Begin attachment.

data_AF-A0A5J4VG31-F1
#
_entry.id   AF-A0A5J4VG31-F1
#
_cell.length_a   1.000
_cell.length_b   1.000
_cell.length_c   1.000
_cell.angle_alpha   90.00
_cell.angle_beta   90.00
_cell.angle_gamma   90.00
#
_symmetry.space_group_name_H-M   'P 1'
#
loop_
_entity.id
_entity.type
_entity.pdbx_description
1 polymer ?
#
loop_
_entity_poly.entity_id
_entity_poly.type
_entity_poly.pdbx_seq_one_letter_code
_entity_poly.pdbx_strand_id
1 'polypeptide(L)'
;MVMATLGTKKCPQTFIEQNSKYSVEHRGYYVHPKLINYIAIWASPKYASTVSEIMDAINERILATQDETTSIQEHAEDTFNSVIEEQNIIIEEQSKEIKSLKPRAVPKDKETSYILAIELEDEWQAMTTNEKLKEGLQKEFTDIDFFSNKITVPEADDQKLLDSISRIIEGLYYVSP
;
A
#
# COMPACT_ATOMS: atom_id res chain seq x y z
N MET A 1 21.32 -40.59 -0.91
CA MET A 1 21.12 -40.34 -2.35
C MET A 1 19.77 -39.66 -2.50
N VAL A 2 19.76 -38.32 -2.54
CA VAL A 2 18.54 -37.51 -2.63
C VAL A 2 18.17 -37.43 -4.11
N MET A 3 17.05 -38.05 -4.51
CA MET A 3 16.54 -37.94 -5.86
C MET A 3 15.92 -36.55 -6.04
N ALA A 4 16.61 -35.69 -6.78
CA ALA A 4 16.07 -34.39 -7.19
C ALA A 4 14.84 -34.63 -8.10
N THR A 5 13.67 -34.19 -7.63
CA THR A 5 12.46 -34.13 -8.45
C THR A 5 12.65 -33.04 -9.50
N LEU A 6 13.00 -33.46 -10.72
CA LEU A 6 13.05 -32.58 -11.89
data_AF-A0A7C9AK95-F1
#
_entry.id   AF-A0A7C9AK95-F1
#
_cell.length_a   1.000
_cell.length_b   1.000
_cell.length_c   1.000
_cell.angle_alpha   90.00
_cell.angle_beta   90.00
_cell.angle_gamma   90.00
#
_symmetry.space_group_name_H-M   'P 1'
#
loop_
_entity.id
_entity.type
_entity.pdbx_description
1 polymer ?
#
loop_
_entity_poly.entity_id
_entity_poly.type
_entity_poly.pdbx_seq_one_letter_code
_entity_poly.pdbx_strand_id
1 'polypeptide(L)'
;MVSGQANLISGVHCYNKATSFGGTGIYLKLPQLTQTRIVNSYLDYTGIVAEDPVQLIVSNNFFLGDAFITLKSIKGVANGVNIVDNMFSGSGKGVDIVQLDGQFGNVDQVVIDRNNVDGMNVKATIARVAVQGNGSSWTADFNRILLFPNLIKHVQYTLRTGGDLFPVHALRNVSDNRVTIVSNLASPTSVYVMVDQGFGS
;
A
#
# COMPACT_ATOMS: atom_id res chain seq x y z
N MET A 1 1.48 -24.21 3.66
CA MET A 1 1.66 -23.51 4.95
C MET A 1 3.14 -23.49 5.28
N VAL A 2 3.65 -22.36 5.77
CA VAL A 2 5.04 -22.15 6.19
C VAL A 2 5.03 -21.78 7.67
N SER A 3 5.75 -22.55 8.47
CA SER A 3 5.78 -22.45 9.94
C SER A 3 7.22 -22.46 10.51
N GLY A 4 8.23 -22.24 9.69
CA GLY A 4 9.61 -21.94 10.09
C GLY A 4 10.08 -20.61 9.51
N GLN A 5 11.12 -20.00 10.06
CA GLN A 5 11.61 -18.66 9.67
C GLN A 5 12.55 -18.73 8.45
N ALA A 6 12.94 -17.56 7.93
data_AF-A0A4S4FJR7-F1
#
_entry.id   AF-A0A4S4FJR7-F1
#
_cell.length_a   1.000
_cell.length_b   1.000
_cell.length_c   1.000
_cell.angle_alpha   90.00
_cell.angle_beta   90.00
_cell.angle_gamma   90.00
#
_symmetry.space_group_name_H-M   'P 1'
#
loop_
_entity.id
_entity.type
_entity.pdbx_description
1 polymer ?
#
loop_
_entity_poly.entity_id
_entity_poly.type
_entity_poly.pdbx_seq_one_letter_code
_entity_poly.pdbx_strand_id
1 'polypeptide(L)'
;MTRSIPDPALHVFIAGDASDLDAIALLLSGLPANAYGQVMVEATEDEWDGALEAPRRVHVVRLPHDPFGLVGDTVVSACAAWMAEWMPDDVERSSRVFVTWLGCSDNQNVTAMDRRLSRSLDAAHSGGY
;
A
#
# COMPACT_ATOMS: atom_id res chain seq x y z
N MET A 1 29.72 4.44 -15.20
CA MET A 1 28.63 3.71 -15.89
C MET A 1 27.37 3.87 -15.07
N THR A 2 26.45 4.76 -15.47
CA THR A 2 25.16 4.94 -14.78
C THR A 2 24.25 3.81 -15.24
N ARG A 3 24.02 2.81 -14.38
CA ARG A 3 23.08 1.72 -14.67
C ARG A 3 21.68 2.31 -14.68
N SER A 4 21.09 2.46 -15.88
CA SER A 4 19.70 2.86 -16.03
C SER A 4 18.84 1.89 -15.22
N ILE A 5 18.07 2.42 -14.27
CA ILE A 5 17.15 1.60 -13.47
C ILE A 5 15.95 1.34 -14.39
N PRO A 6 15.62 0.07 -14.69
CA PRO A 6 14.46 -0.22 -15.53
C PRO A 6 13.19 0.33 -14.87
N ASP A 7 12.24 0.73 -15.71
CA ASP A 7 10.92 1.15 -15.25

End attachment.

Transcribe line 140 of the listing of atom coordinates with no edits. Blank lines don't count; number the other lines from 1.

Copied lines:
CA PRO A 6 14.46 -0.22 -15.53